Another One Gone

Most U. S. soccer fans have probably not heard the name Michael Hoyos. And they probably won’t be able to hear it in the future without cringing.

Hoyos is an 18-year-old midfielder who was born in Fountain Valley, CA to Argentine parents. A few years ago, he moved with his mother and younger brother Kevin to Argentina, eventually finding his way onto the youth team at Estudiantes, a storied club in Argentina’s top division. And now, Hoyos is making appearances with the senior team. At age 18. In one the biggest leagues outside of Europe.


So why the cringing? It seems Hoyos is going the way of a fellow dual-citizen, New Jersey-born Giuseppe Rossi, who famously shunned the U.S. Soccer program for glory and plaudits with Italy (not to mention two goals against the U.S. in last summer’s Confederations Cup). According to Yanks Abroad, Hoyos has been invited into Argentina’s Under-20 camp.

Hoyos now appears to join the growing list of top-notch players who prefer their ancestral homelands to the Red, White and Blue, a list that also includes Serbian defender Neven Subotic.

This distressing trend can be firmly laid at the feet of the United States Soccer Federation, which has done a poor job of recruiting these dual-citizens to the program (and, in the case of Subotic, outright insulted him). Sure, overtures were made to Hoyos, but you’ve got to SELL the program. Soccer in this country will never inspire like it does the world over. The U.S. Men’s National Team will never generate the passion one sees in the stands when the Azzuri or Albicelestes take the pitch. So you have to do more than just say, “Hey, wannna play for us?”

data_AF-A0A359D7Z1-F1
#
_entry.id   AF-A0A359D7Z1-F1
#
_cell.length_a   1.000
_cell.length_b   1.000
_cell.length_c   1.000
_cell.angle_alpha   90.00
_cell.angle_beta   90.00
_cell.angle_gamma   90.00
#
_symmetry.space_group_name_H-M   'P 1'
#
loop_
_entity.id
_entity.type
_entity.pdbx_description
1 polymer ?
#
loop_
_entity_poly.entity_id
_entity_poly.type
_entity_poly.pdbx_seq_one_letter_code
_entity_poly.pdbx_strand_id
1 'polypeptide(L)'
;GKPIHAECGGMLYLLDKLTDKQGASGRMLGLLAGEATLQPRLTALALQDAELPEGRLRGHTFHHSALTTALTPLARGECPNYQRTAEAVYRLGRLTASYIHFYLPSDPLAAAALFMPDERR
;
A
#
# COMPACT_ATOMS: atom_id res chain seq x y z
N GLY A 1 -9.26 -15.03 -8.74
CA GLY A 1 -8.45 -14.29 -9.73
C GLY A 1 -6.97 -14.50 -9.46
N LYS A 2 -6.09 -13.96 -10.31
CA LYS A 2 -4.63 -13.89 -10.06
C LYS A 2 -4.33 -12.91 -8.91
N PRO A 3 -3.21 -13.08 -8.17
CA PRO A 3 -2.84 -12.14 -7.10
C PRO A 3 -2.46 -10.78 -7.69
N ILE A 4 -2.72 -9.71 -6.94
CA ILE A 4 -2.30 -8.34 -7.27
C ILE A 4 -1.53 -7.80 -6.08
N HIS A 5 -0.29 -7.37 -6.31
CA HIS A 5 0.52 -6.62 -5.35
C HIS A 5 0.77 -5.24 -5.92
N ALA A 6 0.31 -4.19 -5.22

Or be doomed to watch kids from Orange County score on us in big tournaments.

2 thoughts on “Another One Gone”

  1. I want to be on record on this issue more so than on any other issue. This country will continue to lose young promising players to other countries unless we change the very structure of how soccer is organized and played on youth and professional levels. Recently there are rumours flying around that Raul will move to the New York Red Bulls. Wrong. The David Beckhams, Freddy Ljungbergs, and Rauls of the world will not raise the stature of our leagues, it will only reinforce the view for young talent that they must go overseas. And at a time where very few clubs are willing to spend big dollars on vetrans, youth scouting and poaching will become a bigger problem. There will be more Giuseppe Rossis and Michael Hoyos in the future unless U.S. soccer on club and national level realize the New York Cosmos model failed and true growth is small and incremental.

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